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Hands-on Gear Review
Cons: Not as many features for the price.
The Pieps DSP was the first three-antennae beacon and remains a top performer in range, spike handling, speed, and simplicity. That said, for only a little more than the price of the Pieps DSP you can get the Editors' Choice Mammut Pulse Barryvox. The Pulse has a bunch more features and has a long range. However, if you prefer a more simple "arrow, number, beep" interface, the Pieps may be the way to go. Compared with our Best Buy award winner, the Backcountry Access Tracker 2, the Peips had a few more features, including ones involving multiple burials and has a 25 percent better range. If $450 seems a little out of your price range consider the Pieps DSP Tour, basically the same beacon without the "fish finder" button ( the frequency check) for $150 less.
RELATED: Our complete review of avalanche beacons
OutdoorGearLab Editors' Hands-on Review
The Pieps has a long range and works fast. Although on paper the Pieps has a very similar range to the Barryvox Pulse and the Ortovox S1+, in real world testing we always found that the Pieps had the best range. Pieps claims they use higher quality crystals in their antenna to maximize their range.
The DSP is one of the fastest beacons on the market and is very comparable in speed to the BCA Tracker 2. When put the DSP head to head with the Pulse in a single burial scenario we found little difference, but if more than one victim was introduced the Pulse had a ever so slightly faster processing speed and allowed us to move quicker than the DSP. The DSP was faster than all the other beacons we tested.
The Pieps, being the first triple antenna beacon, was one of the first beacons to handle signal spikes well and eliminate the shadow box phenomenon.
It handles multiple burials well and lets you mark/flag a victim, then move on to the next. It has one of the more effective flagging features; it doesn't blind too large an area.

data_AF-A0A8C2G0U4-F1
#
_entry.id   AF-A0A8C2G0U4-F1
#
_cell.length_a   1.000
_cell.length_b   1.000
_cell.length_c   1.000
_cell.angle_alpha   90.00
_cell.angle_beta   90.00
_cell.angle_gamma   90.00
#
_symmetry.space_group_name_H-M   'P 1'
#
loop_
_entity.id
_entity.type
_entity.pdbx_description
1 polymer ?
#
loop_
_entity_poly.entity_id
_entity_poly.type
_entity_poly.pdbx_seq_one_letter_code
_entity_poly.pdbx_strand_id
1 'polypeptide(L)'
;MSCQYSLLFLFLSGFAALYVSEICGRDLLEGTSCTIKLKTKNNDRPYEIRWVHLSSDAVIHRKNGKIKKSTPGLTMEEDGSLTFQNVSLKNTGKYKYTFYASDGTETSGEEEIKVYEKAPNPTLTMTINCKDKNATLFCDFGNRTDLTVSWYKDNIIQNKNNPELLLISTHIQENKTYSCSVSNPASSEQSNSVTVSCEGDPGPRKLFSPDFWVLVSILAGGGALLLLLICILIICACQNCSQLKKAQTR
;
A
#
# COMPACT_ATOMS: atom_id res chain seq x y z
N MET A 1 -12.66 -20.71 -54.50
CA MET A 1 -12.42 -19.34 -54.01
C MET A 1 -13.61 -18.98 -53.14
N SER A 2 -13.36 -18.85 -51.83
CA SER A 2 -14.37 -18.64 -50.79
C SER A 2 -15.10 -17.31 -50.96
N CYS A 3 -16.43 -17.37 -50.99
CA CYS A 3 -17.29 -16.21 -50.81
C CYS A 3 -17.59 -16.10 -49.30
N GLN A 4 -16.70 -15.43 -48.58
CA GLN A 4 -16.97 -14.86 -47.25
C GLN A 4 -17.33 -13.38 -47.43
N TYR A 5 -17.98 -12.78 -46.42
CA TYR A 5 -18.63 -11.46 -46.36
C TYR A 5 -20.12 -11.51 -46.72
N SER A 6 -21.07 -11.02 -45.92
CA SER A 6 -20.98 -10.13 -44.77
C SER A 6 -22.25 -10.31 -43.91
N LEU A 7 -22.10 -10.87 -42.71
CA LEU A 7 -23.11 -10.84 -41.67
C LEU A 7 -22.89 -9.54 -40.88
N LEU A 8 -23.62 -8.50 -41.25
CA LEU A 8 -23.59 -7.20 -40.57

The controls for switching between search, transmit and off are very intuitive.
We also liked its "fish finder mode" designed for users if they arrive on a scene and don't know the number of buried victims or how they are laid out. As an example, if you hit the Scan or "fish finder" button it will show that there might be one person 0-5 meters away, no one 5-20 meters and one more person greater than 30 meters away.
The Pieps DSP will also tell you how far off of 457,000 Hz your partner's beacon might be. According to Pieps, as long as the number displayed is equal to or less than 80, then the beacon meets its manufacture's specifications. Signal drift is a phenomenon common with all beacons as they get older and their antennae detune or get damaged and drift away from 457,000. Once they drift too far, other beacons might not be able to pick them up.
When you are at the edge of its range, the Pieps can send you away from the victim. At that point it is up to you to notice that you are getting farther away by reading the distance indicator. By comparison, the other high end models (S1 and Pulse) have ways to overcome this problem.
Pieps DSP Pro
— Ian Nicholson and Chris McNamara
OutdoorGearLab Member Reviews
Most recent review: January 1, 2013
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